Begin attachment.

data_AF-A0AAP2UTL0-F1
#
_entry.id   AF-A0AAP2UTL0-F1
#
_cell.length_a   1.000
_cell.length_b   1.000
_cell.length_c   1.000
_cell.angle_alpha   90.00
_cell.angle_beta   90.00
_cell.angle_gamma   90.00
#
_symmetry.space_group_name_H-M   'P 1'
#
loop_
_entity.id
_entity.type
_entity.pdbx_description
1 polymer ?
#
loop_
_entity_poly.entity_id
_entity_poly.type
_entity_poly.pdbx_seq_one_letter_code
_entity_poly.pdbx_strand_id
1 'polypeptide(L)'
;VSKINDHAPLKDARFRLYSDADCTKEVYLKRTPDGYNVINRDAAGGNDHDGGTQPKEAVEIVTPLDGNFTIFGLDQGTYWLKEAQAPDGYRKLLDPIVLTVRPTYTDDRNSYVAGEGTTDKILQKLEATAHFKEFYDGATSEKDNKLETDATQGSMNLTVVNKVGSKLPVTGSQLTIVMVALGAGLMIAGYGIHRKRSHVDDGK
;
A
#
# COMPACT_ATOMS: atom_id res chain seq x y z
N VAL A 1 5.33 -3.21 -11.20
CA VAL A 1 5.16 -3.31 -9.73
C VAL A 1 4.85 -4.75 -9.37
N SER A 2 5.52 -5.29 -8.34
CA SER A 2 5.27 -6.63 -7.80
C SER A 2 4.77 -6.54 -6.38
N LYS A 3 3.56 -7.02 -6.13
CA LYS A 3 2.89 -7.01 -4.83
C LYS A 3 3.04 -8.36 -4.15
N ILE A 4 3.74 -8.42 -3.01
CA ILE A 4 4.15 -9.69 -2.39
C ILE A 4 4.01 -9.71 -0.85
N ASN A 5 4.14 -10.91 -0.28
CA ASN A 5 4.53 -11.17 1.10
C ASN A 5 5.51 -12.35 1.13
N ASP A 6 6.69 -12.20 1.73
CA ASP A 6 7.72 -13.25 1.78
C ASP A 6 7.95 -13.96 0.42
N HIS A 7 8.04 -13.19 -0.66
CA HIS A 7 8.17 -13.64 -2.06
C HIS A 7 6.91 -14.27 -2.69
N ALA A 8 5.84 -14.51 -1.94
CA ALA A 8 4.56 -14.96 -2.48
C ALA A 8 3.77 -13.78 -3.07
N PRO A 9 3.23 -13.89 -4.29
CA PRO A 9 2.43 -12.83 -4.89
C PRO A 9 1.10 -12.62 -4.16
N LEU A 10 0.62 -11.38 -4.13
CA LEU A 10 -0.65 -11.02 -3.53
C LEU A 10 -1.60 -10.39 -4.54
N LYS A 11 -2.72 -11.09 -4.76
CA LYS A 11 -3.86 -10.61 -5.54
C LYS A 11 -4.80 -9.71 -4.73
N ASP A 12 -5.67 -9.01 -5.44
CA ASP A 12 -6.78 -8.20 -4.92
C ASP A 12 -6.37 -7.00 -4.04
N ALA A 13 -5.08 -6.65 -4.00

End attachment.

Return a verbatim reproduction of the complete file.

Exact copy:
data_AF-A0AAP2UTL0-F1
#
_entry.id   AF-A0AAP2UTL0-F1
#
_cell.length_a   1.000
_cell.length_b   1.000
_cell.length_c   1.000
_cell.angle_alpha   90.00
_cell.angle_beta   90.00
_cell.angle_gamma   90.00
#
_symmetry.space_group_name_H-M   'P 1'
#
loop_
_entity.id
_entity.type
_entity.pdbx_description
1 polymer ?
#
loop_
_entity_poly.entity_id
_entity_poly.type
_entity_poly.pdbx_seq_one_letter_code
_entity_poly.pdbx_strand_id
1 'polypeptide(L)'
;VSKINDHAPLKDARFRLYSDADCTKEVYLKRTPDGYNVINRDAAGGNDHDGGTQPKEAVEIVTPLDGNFTIFGLDQGTYWLKEAQAPDGYRKLLDPIVLTVRPTYTDDRNSYVAGEGTTDKILQKLEATAHFKEFYDGATSEKDNKLETDATQGSMNLTVVNKVGSKLPVTGSQLTIVMVALGAGLMIAGYGIHRKRSHVDDGK
;
A
#
# COMPACT_ATOMS: atom_id res chain seq x y z
N VAL A 1 5.33 -3.21 -11.20
CA VAL A 1 5.16 -3.31 -9.73
C VAL A 1 4.85 -4.75 -9.37
N SER A 2 5.52 -5.29 -8.34
CA SER A 2 5.27 -6.63 -7.80
C SER A 2 4.77 -6.54 -6.38
N LYS A 3 3.56 -7.02 -6.13
CA LYS A 3 2.89 -7.01 -4.83
C LYS A 3 3.04 -8.36 -4.15
N ILE A 4 3.74 -8.42 -3.01
CA ILE A 4 4.15 -9.69 -2.39
C ILE A 4 4.01 -9.71 -0.85
N ASN A 5 4.14 -10.91 -0.28
CA ASN A 5 4.53 -11.17 1.10
C ASN A 5 5.51 -12.35 1.13
N ASP A 6 6.69 -12.20 1.73
CA ASP A 6 7.72 -13.25 1.78
C ASP A 6 7.95 -13.96 0.42
N HIS A 7 8.04 -13.19 -0.66
CA HIS A 7 8.17 -13.64 -2.06
C HIS A 7 6.91 -14.27 -2.69
N ALA A 8 5.84 -14.51 -1.94
CA ALA A 8 4.56 -14.96 -2.48
C ALA A 8 3.77 -13.78 -3.07
N PRO A 9 3.23 -13.89 -4.29
CA PRO A 9 2.43 -12.83 -4.89
C PRO A 9 1.10 -12.62 -4.16
N LEU A 10 0.62 -11.38 -4.13
CA LEU A 10 -0.65 -11.02 -3.53
C LEU A 10 -1.60 -10.39 -4.54
N LYS A 11 -2.72 -11.09 -4.76
CA LYS A 11 -3.86 -10.61 -5.54
C LYS A 11 -4.80 -9.71 -4.73
N ASP A 12 -5.67 -9.01 -5.44
CA ASP A 12 -6.78 -8.20 -4.92
C ASP A 12 -6.37 -7.00 -4.04
N ALA A 13 -5.08 -6.65 -4.00